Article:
Outcomes of the course
At the end of the course, students entered their portfolio in a classwide competition, and the two winners received a Dropbox-sponsored scholarship to become design-certified through IDEO U. Chris Givens and Lemuel Inyang started working toward their certificates this month.
Apart from the portfolio submission, many students expressed strong interest in continuing to work in design. They learned to think critically about problems before jumping to solutions, and they took ownership of their app redesign projects. They learned to be open-minded and to explore their creative spark, imagining what could be.
The greatest outcome of this course was the newfound confidence in every student. Many started off shy, but over time I saw each student speak up and express their opinion. I saw them smile more and be openly vulnerable with each other. One of the students said, “I’ve never felt like this about any class that I’ve taken,” and it was one of the most touching moments because we all felt that way—like family. Confidence grew because we supported each other and wanted each other to grow.
Having the opportunity to teach Bayview’s first-ever design program felt like falling in love. It was the perfect blend of design and social impact. Though it often felt magical, it was also a challenge that ultimately pushed me to be more compassionate and to truly understand what it takes to be an advocate for BIPOC communities. This program has been a remarkable experience, and I’d love to share my top takeaways that you can apply to any mentorship opportunity you have with low-income, BIPOC, or underserved people.
Takeaway 1: Underserved and BIPOC communities often have external circumstances that affect their learning
Many of our students could not focus solely on the program because they had family to care for or needed to work full-time. I’ve realized that having time to focus on education is a luxury. We learned to adapt to the circumstances of our students and be empathetic. Hearing stories of sacrifice that were different from my own both humbled and pushed me to be more compassionate and understanding. It’s important to give students enough time to work effectively.
Takeaway 2: Building confidence creates a sense of ownership
It is difficult to feel confident when those who look like you aren’t in positions of authority. It’s especially debilitating when society holds certain biases that make you feel as if you’re not smart or good enough. All of these together can lower the confidence of minorities. One of our students, for instance, struggled to stay motivated because he was scared of failing and kept questioning himself, even though he knew the right answers. By continuously encouraging and challenging him, I saw him develop confidence in his ability to learn more. It’s common for disadvantaged individuals to doubt their abilities, compared with their wealthier counterparts. Talent and skill are generally not the issues—it’s the way society suppresses confidence, so it’s up to us to lift each other.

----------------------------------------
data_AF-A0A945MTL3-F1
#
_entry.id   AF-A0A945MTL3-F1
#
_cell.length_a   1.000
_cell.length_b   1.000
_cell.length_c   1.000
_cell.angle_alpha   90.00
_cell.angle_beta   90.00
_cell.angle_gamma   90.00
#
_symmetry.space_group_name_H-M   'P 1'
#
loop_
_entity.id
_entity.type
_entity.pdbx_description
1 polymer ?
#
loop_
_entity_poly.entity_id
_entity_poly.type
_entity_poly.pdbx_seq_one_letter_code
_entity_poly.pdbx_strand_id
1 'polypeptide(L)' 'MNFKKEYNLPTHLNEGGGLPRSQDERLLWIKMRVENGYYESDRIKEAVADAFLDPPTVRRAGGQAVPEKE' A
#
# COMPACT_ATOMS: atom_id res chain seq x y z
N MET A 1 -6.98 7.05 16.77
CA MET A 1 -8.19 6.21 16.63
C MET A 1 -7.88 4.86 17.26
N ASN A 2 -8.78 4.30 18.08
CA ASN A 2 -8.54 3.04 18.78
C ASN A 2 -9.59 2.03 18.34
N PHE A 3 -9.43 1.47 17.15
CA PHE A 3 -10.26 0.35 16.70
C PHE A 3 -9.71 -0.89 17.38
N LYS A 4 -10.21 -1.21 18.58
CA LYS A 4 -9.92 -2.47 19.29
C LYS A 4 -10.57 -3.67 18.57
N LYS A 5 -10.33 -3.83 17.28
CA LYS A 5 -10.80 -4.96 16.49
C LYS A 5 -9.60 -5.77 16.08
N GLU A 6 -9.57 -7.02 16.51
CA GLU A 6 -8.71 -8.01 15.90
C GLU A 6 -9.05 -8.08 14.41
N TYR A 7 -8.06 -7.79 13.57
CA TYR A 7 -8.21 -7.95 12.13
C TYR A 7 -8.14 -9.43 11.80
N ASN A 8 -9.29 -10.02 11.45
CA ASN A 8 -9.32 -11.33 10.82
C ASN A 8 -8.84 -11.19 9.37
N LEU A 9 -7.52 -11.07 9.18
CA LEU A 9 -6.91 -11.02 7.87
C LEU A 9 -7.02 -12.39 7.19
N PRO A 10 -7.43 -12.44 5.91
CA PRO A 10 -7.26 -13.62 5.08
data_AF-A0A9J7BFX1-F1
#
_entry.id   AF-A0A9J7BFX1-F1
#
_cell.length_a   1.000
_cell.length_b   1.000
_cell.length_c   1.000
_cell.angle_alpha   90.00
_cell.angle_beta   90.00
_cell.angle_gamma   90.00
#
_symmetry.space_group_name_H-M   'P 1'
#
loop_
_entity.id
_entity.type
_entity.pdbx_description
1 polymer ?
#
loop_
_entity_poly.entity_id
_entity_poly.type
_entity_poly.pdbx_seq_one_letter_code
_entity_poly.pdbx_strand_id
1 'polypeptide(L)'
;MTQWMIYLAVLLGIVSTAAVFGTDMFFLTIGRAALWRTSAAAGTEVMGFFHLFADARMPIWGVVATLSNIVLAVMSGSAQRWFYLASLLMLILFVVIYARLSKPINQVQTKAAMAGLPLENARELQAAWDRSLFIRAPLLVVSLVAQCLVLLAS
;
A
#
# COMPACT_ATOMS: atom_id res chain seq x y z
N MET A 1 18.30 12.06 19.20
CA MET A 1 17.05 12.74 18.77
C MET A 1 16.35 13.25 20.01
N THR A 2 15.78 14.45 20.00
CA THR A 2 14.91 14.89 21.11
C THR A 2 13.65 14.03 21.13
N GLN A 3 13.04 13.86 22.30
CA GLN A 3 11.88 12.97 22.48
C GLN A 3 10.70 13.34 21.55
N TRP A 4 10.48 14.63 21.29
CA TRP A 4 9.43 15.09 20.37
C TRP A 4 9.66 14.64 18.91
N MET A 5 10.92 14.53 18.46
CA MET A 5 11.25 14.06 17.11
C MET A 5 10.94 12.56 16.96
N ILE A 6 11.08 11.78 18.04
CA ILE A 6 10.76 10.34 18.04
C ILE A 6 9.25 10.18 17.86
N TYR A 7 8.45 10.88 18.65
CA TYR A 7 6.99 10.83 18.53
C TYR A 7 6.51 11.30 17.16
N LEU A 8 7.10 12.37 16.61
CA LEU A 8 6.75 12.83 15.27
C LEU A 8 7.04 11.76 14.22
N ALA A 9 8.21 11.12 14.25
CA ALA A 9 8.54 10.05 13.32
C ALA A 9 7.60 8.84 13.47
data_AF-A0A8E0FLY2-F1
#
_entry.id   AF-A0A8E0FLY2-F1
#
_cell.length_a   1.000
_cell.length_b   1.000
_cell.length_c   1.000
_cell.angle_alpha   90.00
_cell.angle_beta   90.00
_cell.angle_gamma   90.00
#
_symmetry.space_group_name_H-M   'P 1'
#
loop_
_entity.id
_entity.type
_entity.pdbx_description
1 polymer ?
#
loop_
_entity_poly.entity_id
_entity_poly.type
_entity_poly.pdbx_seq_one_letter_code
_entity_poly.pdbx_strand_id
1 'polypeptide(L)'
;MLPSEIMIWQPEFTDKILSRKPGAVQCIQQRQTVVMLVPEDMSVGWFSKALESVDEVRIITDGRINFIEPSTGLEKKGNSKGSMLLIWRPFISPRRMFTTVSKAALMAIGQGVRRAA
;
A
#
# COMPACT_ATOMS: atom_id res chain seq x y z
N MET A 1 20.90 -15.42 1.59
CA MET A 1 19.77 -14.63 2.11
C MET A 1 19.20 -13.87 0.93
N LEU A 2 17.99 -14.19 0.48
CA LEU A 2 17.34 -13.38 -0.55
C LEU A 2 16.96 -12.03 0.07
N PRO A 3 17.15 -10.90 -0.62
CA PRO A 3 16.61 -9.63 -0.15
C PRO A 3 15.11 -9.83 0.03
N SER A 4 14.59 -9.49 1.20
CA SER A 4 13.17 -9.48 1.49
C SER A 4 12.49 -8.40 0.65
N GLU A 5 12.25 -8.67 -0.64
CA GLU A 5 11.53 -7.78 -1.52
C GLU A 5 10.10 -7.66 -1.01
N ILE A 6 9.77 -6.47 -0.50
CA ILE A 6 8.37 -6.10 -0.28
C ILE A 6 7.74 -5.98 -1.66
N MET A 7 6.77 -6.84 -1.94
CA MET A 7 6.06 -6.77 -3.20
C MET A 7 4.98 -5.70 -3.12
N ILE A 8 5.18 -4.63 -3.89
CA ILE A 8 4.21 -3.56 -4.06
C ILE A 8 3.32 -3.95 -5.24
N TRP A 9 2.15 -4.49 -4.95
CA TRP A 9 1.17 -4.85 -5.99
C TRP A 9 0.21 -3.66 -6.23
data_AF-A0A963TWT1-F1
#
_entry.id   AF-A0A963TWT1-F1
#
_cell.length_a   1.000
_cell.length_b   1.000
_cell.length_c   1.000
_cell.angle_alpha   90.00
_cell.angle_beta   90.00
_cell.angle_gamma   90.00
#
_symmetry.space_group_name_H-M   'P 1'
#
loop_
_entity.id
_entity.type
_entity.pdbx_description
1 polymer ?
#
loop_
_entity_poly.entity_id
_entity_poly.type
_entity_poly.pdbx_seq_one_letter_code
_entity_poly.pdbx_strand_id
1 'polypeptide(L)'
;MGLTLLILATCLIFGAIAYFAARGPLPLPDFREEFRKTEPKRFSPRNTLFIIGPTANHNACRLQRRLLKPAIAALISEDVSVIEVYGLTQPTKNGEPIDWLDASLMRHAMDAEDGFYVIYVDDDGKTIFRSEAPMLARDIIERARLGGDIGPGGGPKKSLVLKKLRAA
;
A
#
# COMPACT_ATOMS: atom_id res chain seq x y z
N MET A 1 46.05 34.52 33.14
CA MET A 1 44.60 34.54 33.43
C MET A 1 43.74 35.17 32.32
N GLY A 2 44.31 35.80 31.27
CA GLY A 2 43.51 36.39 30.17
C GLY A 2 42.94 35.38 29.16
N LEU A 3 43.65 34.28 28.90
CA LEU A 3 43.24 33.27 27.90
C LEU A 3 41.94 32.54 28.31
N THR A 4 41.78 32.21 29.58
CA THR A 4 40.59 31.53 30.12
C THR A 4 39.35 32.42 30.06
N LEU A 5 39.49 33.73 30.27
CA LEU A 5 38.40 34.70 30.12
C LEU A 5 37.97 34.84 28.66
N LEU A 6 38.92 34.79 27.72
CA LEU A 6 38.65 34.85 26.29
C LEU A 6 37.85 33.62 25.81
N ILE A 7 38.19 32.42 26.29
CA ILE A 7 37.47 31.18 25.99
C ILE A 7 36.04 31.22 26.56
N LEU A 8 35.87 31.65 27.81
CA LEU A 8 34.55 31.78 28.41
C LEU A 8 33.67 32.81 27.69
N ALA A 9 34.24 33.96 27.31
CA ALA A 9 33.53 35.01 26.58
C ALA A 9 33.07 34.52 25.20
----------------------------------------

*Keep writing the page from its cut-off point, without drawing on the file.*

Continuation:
Takeaway 3: Establishing and maintaining trust is paramount
For the communities that we serve, everything is centered around trust, and it’s important for instructors and mentors to be dependable. When a person grows up without a support system or with others failing them, it becomes more difficult to trust someone new. For example, a mentor in our program missed several 1:1 meetings with a mentee, who ended up feeling that her time had been disrespected and her trust had been broken.
It’s important to consider how a mentee might feel about a missed meeting, rather than how you and a friend would react. Perhaps your friend would easily dismiss the absence, but be more sensitive and mindful when working with someone who doesn’t share time with you in the same way.
Takeaway 4: Fun and playfulness lead to more-engaged learning
Learning is not easy, especially when you don’t feel confident that you’re capable of learning. Hands-on and playful activities can make learning feel more personal than having an instructor talk at you for several hours.
To make lectures more entertaining, we used interactive slides through Kahoot! We conducted gamified pop quizzes at the beginning and midpoint of the lecture to help students review what they had just learned. This helped create friendly competition within the group, and it helped them focus and avoid distraction from cell phones, because the presentations required students to be engaged.